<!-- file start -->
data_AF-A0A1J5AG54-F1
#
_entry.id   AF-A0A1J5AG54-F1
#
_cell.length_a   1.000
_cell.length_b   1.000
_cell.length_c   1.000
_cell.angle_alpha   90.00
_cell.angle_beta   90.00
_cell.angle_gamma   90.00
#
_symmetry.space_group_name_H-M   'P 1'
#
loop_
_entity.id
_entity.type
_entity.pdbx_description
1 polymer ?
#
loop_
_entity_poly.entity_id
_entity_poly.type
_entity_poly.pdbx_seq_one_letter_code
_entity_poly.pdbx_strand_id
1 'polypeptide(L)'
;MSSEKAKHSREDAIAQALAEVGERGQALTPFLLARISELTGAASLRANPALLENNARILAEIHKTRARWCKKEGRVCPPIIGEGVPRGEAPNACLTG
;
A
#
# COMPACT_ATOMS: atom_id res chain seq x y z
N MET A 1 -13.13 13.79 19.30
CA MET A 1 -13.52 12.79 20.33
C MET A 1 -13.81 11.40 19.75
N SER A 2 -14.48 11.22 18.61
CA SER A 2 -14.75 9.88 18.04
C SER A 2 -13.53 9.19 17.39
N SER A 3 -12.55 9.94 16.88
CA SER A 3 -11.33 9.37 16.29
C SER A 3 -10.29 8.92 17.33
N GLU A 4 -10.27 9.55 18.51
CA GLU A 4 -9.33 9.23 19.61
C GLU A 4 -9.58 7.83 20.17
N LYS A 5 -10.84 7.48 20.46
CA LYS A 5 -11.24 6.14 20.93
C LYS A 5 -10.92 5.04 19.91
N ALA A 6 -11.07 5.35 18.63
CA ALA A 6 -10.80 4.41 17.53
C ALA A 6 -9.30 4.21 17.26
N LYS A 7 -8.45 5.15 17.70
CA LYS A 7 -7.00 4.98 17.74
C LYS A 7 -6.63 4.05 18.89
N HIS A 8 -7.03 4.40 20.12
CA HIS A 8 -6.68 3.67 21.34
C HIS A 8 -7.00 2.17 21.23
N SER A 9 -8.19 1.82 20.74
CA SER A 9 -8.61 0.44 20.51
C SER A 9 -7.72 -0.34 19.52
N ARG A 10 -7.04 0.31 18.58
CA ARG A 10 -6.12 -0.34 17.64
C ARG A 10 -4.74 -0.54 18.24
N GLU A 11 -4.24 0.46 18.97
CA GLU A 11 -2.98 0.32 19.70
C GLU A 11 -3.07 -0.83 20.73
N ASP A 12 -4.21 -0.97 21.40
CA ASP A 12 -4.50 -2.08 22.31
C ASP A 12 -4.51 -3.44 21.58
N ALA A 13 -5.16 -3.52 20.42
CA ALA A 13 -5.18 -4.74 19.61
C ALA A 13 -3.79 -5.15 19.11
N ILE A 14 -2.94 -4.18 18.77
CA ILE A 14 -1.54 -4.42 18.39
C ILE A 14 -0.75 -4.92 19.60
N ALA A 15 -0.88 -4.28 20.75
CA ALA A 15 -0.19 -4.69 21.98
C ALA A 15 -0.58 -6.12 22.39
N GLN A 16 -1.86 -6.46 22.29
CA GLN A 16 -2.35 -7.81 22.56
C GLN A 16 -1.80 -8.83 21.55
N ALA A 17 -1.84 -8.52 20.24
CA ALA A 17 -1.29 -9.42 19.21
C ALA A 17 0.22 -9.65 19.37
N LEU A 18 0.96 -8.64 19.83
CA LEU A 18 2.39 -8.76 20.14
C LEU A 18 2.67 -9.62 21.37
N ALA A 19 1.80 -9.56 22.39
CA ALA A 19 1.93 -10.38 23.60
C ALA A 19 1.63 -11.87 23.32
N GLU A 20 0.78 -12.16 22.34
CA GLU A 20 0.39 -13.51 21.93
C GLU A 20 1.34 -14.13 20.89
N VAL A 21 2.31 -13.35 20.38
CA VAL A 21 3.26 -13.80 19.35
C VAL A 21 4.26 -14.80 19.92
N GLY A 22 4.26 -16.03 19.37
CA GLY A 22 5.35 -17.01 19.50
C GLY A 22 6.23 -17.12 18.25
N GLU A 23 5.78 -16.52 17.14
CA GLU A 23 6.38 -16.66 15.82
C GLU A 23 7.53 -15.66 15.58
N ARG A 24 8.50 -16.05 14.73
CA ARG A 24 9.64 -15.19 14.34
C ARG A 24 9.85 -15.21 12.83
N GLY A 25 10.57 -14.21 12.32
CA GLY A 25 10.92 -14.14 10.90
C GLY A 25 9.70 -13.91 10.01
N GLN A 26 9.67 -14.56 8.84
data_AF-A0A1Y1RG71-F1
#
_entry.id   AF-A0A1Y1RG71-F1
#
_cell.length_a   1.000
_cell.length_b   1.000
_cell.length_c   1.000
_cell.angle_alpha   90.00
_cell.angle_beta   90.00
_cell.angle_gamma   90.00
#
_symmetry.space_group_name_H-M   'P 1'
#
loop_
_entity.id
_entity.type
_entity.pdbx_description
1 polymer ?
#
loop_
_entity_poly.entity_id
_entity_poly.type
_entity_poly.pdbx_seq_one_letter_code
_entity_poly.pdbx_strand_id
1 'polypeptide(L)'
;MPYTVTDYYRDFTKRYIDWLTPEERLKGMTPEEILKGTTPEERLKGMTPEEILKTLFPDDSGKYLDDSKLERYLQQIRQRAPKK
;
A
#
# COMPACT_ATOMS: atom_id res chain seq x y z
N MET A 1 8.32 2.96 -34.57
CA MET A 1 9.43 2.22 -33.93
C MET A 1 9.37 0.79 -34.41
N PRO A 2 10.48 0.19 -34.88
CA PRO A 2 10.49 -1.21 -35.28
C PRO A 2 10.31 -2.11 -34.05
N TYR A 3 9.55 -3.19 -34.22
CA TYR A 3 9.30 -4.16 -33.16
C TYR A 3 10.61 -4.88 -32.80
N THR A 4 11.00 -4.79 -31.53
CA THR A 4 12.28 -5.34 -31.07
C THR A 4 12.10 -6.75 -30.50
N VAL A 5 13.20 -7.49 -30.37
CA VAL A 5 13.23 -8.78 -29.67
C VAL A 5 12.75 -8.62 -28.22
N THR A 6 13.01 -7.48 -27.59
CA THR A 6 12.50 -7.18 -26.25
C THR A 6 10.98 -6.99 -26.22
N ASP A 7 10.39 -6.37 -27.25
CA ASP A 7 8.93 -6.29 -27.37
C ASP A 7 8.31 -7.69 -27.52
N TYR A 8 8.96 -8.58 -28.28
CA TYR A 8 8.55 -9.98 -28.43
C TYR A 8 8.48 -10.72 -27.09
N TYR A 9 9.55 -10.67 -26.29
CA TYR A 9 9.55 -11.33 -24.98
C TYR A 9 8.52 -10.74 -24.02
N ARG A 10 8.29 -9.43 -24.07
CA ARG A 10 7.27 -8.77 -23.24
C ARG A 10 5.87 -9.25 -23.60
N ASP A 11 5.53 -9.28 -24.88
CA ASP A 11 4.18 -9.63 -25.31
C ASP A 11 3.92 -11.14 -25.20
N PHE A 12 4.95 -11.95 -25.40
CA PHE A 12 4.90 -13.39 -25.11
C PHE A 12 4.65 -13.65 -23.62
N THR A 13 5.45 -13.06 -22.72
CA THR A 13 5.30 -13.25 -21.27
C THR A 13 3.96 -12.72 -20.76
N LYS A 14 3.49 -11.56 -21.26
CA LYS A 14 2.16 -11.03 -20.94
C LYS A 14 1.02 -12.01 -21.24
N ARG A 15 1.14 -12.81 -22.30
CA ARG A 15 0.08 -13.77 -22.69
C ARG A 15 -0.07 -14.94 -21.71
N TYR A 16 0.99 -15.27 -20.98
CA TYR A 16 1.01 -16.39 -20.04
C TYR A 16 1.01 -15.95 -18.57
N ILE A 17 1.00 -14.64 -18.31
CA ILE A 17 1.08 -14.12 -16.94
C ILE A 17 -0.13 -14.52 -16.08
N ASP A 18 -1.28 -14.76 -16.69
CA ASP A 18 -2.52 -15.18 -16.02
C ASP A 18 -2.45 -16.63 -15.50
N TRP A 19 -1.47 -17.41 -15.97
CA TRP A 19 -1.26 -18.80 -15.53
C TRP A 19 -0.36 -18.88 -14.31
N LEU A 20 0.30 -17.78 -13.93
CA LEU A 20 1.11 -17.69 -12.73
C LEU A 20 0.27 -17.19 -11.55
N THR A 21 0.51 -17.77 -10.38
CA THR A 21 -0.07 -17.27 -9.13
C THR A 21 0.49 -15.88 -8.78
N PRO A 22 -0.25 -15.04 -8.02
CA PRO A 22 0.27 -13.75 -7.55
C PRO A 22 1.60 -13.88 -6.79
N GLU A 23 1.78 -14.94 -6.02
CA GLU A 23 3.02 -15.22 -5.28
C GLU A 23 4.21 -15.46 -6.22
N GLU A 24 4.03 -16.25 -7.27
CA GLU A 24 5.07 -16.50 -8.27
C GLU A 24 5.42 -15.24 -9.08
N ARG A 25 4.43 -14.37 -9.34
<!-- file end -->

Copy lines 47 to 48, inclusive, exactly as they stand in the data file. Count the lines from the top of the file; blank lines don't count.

CA ALA A 6 -10.80 4.41 17.53
C ALA A 6 -9.30 4.21 17.26